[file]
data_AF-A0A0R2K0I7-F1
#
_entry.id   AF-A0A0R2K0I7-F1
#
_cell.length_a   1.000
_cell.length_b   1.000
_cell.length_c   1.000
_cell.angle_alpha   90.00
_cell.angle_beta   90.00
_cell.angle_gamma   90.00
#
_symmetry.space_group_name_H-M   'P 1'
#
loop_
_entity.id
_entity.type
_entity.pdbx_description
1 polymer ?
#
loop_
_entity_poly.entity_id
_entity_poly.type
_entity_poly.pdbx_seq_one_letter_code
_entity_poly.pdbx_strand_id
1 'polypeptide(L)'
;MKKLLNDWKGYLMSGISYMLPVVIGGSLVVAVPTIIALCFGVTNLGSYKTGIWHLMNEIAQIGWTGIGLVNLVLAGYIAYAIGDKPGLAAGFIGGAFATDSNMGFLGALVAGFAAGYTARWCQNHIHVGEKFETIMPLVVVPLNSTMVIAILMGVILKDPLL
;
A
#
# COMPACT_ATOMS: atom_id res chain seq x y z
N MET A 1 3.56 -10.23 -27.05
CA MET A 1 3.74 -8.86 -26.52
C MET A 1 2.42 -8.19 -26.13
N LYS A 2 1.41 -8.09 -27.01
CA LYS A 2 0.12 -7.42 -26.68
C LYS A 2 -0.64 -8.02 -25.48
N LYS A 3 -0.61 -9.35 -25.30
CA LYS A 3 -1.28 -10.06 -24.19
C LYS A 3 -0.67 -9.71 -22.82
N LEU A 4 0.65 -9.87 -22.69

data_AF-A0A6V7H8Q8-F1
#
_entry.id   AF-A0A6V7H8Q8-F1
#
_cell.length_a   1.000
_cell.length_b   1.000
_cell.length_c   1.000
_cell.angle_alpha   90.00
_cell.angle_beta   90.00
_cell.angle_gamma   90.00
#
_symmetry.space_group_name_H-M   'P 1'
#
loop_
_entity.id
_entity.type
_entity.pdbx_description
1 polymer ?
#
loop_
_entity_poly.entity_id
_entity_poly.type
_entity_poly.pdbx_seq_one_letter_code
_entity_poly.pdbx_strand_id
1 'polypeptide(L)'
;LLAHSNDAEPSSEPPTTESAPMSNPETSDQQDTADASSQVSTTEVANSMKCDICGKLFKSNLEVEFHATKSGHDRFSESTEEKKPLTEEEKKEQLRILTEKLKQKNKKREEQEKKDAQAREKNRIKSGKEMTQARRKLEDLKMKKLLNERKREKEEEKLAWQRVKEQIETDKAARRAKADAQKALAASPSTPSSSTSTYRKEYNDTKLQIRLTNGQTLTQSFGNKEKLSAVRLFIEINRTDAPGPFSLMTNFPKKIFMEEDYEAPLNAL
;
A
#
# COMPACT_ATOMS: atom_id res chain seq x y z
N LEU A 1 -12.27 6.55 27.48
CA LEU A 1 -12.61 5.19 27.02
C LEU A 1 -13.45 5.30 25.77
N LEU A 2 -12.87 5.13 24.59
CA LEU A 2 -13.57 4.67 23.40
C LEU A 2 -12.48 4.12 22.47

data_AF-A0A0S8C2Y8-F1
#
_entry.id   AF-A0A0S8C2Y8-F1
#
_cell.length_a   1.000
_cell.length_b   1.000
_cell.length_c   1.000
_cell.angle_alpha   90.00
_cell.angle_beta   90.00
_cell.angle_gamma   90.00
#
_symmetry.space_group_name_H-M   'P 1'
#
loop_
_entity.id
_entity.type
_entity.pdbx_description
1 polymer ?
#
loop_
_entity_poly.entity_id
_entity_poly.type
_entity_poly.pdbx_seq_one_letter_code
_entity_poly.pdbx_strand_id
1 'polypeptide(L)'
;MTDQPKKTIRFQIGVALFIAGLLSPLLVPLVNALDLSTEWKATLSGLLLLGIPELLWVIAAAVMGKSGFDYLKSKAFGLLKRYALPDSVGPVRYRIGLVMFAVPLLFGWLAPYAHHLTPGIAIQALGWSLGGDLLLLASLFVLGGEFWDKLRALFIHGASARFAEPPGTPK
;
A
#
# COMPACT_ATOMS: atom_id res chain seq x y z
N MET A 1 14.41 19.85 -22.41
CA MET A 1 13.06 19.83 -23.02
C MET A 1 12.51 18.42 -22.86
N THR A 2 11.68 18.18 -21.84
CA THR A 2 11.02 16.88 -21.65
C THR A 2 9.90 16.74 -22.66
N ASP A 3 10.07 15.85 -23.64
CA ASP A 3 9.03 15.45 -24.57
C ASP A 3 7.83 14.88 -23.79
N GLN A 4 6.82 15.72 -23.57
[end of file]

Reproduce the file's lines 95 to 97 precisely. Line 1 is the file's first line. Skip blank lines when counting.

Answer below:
#
loop_
_entity_poly.entity_id